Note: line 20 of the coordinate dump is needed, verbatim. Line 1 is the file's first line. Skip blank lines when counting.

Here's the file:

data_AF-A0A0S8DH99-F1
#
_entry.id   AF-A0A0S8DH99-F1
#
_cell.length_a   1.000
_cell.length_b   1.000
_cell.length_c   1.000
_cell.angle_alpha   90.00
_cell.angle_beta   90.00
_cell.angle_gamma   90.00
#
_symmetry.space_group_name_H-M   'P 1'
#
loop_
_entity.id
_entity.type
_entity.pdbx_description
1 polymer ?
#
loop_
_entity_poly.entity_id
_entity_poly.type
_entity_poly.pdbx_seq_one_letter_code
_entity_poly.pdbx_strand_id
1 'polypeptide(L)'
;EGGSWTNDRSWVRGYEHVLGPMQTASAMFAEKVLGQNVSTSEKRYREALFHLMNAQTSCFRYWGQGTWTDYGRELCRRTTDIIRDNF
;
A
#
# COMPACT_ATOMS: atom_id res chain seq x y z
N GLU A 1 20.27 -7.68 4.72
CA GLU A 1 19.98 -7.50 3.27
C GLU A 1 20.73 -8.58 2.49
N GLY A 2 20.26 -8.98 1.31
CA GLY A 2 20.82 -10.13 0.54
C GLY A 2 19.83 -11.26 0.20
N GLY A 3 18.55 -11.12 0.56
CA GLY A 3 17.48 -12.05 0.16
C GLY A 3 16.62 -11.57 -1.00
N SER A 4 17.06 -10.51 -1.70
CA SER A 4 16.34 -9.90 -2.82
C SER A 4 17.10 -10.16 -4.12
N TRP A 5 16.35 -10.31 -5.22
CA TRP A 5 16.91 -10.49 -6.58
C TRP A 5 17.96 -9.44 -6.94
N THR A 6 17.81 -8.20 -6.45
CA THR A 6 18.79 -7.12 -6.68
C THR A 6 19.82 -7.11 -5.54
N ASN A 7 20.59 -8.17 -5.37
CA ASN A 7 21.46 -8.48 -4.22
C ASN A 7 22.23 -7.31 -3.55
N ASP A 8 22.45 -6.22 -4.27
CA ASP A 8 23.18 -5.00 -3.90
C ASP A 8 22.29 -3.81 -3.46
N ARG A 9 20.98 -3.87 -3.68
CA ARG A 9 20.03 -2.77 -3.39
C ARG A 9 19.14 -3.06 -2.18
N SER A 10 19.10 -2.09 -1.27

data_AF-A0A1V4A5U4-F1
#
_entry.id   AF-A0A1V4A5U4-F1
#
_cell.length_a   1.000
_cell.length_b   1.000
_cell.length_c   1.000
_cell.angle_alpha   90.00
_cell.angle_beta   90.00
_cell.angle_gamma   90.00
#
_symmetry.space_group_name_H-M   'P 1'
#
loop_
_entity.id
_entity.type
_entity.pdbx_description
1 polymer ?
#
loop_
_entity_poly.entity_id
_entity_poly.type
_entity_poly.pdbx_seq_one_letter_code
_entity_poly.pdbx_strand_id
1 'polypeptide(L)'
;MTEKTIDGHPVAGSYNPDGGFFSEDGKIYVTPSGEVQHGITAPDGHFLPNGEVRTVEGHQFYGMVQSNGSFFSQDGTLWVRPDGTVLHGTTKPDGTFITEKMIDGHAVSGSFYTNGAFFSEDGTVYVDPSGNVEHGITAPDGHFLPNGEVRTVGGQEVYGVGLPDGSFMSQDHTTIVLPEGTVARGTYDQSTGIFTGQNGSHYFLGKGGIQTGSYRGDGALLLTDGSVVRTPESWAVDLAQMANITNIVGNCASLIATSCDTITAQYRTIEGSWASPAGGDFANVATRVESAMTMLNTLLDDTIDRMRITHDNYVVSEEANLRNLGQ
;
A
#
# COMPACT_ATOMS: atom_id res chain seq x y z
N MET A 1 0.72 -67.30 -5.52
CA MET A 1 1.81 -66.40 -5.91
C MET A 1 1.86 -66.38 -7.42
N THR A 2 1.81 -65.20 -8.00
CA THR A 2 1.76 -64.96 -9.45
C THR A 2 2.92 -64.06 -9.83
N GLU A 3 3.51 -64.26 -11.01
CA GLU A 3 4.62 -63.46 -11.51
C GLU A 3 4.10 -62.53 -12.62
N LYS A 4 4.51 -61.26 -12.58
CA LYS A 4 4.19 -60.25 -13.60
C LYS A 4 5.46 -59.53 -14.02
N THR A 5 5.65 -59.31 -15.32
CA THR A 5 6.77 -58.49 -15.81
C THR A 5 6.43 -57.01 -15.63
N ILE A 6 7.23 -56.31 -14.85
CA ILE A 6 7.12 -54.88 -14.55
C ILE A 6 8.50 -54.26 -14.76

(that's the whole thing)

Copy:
loop_